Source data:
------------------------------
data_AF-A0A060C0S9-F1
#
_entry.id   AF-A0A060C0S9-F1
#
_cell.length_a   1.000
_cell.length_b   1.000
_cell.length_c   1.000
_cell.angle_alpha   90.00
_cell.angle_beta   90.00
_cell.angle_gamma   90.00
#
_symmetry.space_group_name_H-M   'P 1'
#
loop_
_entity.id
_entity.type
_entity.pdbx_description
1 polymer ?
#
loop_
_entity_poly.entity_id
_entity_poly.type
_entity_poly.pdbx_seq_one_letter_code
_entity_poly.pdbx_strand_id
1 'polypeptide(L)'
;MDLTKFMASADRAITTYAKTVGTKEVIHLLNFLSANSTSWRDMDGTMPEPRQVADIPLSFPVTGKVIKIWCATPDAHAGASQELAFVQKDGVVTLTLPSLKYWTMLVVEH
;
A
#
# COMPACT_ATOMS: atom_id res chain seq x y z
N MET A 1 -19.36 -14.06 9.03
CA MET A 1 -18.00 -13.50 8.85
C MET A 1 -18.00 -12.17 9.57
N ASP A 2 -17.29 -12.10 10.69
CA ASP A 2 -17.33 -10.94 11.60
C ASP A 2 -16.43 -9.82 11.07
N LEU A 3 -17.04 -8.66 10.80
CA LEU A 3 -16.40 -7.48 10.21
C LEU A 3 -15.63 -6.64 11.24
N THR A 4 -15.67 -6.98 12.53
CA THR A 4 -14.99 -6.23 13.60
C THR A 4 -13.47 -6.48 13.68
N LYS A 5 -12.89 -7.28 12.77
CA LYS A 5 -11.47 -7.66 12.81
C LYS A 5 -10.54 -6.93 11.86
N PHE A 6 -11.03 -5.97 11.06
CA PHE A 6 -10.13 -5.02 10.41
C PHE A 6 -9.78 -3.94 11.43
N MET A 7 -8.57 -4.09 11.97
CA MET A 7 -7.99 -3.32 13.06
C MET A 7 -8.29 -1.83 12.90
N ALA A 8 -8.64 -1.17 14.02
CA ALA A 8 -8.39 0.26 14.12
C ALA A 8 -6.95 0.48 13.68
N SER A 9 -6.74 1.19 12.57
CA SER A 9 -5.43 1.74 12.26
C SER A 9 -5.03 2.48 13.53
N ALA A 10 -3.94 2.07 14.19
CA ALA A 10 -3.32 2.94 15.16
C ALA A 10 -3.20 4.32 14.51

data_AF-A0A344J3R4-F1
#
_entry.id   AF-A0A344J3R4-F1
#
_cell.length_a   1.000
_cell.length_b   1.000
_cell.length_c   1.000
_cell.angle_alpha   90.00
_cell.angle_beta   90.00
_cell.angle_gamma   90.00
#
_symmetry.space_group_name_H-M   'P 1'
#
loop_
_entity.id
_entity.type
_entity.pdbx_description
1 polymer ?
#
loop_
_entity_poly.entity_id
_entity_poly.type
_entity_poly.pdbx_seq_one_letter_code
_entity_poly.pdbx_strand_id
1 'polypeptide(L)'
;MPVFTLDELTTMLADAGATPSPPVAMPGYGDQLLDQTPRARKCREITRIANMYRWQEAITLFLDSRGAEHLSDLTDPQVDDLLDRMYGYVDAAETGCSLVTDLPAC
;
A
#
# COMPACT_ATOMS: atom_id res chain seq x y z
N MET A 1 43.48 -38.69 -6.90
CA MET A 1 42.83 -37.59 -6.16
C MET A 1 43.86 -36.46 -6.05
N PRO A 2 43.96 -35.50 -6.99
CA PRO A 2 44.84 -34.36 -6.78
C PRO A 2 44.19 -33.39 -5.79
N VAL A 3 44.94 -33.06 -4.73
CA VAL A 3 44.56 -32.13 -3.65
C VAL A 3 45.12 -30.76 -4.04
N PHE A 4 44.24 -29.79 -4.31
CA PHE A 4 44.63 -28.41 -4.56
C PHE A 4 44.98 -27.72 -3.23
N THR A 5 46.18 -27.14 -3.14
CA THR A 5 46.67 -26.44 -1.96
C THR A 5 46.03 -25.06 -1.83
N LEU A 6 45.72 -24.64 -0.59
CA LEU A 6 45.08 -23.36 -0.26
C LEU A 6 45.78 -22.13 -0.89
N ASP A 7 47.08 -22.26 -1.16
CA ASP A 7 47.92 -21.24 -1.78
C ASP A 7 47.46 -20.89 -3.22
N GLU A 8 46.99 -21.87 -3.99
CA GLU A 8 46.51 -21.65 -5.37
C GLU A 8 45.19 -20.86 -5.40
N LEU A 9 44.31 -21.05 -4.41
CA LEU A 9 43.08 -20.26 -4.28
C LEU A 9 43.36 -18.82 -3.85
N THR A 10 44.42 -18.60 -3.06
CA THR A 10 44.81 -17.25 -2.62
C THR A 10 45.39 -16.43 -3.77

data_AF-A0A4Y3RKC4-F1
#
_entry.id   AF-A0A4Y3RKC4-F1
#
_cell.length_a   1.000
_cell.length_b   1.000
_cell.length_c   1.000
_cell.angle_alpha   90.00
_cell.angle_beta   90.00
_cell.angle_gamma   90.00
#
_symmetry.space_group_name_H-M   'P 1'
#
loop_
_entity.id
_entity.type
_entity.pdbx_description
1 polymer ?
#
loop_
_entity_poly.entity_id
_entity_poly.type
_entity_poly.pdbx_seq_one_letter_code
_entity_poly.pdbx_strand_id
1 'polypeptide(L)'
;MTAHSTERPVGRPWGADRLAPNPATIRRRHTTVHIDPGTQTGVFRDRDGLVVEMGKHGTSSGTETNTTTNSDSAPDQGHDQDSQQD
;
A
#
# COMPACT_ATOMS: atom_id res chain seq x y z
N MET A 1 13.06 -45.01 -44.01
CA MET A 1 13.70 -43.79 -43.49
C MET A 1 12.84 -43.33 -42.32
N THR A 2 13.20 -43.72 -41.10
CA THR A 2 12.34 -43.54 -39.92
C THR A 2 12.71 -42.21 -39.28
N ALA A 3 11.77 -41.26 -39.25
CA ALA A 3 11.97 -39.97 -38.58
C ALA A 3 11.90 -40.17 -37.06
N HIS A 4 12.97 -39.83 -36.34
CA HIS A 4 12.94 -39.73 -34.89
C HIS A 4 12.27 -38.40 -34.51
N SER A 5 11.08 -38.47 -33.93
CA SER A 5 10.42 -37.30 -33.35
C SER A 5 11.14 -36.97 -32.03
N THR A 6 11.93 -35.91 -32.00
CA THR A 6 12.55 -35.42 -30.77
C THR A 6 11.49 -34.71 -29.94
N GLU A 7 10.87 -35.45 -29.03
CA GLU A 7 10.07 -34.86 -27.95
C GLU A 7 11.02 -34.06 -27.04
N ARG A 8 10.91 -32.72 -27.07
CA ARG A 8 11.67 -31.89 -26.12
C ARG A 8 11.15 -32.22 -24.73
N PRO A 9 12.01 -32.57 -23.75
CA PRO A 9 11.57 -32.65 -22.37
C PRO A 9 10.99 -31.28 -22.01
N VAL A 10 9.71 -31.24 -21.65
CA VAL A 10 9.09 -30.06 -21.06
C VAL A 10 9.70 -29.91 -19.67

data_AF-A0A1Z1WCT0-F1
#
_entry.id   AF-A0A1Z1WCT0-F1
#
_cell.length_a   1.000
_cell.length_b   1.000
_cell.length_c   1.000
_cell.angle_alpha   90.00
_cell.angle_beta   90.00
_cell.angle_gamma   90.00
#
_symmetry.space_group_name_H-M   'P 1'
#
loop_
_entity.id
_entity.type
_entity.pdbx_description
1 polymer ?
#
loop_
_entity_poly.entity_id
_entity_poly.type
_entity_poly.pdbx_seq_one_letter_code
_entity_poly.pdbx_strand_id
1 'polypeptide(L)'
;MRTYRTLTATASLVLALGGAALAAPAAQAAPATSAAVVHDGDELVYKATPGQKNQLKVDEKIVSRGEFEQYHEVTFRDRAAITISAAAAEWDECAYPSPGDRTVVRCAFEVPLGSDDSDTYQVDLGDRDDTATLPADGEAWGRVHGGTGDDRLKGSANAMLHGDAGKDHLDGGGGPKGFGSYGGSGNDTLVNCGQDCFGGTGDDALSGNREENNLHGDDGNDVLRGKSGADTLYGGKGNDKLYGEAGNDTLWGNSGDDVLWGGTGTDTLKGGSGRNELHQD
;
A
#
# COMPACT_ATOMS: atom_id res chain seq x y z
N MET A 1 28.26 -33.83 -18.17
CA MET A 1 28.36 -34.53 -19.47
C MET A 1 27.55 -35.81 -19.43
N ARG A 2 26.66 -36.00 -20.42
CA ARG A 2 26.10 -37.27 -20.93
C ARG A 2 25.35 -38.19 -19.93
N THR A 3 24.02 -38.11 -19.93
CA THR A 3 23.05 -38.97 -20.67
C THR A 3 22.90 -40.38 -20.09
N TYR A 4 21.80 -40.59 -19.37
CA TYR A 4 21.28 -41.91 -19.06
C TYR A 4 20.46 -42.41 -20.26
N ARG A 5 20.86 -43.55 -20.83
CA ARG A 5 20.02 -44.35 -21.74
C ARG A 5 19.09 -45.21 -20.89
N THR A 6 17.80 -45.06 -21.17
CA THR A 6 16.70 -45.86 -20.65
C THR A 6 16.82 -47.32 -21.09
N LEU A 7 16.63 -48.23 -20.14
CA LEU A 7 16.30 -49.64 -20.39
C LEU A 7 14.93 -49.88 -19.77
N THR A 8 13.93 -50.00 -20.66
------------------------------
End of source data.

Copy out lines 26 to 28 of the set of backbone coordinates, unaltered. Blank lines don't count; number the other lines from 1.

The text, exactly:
;MDLTKFMASADRAITTYAKTVGTKEVIHLLNFLSANSTSWRDMDGTMPEPRQVADIPLSFPVTGKVIKIWCATPDAHAGASQELAFVQKDGVVTLTLPSLKYWTMLVVEH
;
A